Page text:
Details regarding an internet scam seem to make news headlines on a daily basis these days. In fact, industry group UK Finance has suggested that over £500 million had been stolen from consumers of British banks throughout the first half of 2018 alone. Of that total, £145 million was as a result of authorised push payment scams — a con where people are deceived into sending money into another account.
It shouldn’t only be consumers who are concerned about internet scams though, as it is often the case that businesses are also targeted through them. With the online market incredibly competitive, however, companies must do all they can to ensure the public trusts them. Holiday park WiFi providers Infinium, which also offers a range of IT security services, are fortunately on hand to advise firms on the measures they should be taking to make sure that everyone understands that a business’ interactions online are indeed legitimate…
1.Have you made your privacy statement accessible to everybody?
Browse a website of a major retailer and there is a very good chance that their legal privacy statements will be available to read somewhere on the site. It’s important that your legal privacy statement is filled with details about how you work to protect the information that consumers give about themselves — such as their personal details and credit card information.
2.Can customers check your ISO certification?
Your website should also be displaying the logo of the certification body which issued your business with an ISO certification. This is because customers can then search for the certification body in question and get in touch with them to verify that your company is in fact legitimate.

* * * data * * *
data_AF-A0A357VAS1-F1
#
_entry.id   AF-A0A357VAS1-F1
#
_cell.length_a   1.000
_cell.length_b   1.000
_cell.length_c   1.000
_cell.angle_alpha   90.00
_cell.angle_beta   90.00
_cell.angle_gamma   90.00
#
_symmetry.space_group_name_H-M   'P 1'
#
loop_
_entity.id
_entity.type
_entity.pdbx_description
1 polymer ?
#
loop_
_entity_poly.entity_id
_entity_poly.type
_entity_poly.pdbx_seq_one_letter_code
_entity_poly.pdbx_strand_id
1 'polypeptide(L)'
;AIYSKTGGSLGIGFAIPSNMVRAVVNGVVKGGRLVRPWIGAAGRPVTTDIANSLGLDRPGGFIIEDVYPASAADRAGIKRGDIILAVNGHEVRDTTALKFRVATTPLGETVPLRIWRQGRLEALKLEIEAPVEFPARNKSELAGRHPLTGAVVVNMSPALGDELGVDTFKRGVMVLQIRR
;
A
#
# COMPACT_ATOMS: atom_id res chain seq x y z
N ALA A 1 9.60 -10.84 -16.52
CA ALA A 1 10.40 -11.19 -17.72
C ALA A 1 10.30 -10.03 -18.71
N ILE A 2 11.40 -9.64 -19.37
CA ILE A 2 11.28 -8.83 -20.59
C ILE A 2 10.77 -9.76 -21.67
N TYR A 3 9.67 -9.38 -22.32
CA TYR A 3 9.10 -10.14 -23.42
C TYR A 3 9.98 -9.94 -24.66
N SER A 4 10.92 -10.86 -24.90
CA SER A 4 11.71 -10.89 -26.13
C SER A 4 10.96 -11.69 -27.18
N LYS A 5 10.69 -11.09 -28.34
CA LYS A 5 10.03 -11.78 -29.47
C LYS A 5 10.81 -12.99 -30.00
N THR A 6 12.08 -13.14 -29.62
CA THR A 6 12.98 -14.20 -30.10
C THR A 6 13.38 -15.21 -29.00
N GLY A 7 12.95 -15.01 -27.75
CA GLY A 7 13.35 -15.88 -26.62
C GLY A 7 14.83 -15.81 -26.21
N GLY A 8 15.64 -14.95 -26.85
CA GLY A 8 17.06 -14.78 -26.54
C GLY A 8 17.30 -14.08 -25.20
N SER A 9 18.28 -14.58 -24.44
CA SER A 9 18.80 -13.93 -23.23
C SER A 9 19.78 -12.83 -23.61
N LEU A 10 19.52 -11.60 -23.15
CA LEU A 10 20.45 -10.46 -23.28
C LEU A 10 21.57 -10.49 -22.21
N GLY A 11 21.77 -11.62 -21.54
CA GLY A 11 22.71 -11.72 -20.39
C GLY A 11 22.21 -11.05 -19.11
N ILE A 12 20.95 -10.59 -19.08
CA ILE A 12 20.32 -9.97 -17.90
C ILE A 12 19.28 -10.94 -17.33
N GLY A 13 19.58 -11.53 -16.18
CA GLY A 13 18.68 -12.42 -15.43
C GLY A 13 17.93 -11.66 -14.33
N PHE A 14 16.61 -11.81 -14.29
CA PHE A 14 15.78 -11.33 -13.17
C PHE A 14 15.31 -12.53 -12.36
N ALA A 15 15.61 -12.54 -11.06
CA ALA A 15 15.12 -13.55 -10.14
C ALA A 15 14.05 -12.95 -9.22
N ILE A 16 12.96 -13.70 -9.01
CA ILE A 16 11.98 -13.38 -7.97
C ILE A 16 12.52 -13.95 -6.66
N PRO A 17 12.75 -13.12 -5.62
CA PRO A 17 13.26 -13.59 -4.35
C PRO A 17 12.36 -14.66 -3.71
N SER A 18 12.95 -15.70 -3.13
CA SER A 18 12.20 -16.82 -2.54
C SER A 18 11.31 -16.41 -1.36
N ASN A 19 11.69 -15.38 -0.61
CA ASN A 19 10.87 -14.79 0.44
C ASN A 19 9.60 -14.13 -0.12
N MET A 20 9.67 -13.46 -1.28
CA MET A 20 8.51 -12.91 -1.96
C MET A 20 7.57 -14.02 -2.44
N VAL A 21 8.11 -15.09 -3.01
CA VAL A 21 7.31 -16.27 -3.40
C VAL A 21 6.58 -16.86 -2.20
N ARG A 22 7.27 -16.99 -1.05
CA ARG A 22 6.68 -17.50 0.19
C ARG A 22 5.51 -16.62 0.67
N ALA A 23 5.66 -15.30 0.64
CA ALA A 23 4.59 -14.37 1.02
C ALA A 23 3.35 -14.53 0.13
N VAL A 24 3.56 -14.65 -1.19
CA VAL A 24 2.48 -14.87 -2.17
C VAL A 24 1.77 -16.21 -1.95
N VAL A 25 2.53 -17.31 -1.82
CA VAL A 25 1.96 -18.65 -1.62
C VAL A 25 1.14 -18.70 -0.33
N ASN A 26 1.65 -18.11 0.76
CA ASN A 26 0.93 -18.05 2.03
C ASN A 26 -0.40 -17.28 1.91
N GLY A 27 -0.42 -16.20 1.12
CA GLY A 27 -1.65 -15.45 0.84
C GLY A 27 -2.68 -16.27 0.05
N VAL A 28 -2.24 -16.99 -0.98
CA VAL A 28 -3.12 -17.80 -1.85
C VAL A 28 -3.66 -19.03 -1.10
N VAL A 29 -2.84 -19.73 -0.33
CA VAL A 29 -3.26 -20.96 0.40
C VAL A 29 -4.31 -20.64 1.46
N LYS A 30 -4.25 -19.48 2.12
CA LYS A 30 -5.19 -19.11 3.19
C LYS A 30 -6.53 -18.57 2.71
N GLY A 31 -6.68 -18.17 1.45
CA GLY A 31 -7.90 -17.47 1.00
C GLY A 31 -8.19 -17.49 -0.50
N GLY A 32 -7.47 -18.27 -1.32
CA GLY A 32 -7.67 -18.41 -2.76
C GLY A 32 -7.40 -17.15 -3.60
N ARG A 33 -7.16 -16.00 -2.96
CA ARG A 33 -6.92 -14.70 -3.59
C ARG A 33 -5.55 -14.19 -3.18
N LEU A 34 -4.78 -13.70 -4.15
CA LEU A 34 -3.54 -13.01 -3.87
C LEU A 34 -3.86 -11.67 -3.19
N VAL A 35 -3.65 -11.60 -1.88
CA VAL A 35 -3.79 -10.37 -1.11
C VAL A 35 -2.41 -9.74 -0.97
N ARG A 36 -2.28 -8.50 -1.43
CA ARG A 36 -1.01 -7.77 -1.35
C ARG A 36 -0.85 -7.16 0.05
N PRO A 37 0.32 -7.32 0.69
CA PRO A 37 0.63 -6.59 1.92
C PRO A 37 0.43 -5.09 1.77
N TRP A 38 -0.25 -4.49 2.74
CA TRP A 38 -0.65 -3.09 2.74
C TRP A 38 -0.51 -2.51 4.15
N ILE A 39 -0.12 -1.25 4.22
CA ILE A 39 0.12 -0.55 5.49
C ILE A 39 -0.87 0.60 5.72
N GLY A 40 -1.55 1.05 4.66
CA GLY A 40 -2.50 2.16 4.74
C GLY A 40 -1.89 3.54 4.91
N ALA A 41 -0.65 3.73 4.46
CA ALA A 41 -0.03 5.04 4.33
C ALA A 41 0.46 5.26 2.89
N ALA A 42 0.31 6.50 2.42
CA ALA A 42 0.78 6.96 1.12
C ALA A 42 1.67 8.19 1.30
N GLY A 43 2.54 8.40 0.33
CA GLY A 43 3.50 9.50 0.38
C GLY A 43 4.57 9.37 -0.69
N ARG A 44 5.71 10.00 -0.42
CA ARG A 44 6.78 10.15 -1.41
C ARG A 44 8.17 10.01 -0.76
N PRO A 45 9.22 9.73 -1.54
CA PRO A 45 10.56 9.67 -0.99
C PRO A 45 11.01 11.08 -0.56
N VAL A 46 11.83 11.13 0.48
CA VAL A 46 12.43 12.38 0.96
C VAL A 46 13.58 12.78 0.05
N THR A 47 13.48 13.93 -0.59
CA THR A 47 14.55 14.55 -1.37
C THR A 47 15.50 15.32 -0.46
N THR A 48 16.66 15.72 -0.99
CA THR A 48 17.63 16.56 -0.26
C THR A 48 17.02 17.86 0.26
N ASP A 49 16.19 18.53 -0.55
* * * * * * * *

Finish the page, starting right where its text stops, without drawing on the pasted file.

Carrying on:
3.When necessary, are customers led to a trusted payment gateway?
Made the decision not to have your own payment service on your website? Then make sure you opt for a trusted payment gateway which can conduct online transactions on your behalf. PayPal and WorldPay are two firms which instantly come to mind, with both helping to make consumers feel secure.
4.Does your website contain details of your registered address and landline phone number?
As a legitimate online business, a registered address and phone number should both be simple to find on your website. There are some additional considerations to bear in mind here too.
Potential customers may sometimes make the effort to visit the registered address of a company to check that all is genuine before they commit to an investment. Therefore, ensure there’s either a sign or some indication of your business’ presence within the office or building where the address is linked to.
A landline number is also a wise choice when selecting your business phone number. While a mobile number doesn’t mean that a firm isn’t legitimate, its presence will instantly see potential customers put their guard up. Of course, people may call the number to check that it’s genuine as well, so make sure it’s always a member of staff who answers the call and that they introduce themselves with a professional greeting and mention of the company name.
5.Has SSL security protocol been implemented throughout your website?
Secure Sockets Layer is the meaning behind the acronym SSL. It’s a security protocol whereby the channel of information between a customer and a business’ website is encrypted. Therefore, credit card details will be ‘scrambled’ and hackers will not have the opportunity to intercept the information that consumers ae sending to retailers.
Implement SSL security protocol across your website and your customers will quickly know this to be the case. This is because your site’s URL will alter from ‘http://’ to the more secure ‘https://’. What’s more, on the left-hand side of the address bar will either be an unbroken key or a closed padlock — if these icons look to be broken or open, it could well indicate that there’s something wrong with the site’s SSL.
6.If you deal with financial products & services, is your business on the FCA register?
Head to the Financial Conduct Authority (FCA) registerand you’ll discover an in-depth database containing information about every financial company that is registered and regulated by the FCA. It stands to reason then that your company should be on this register if you deal in financial services or products, as consumers can then easily check your firm’s credentials by just searching for your brand’s name and/or the postcode associated with your business.
Follow each of the steps we’ve discussed in this article and your consumers will be reassured that your online business is indeed legitimate.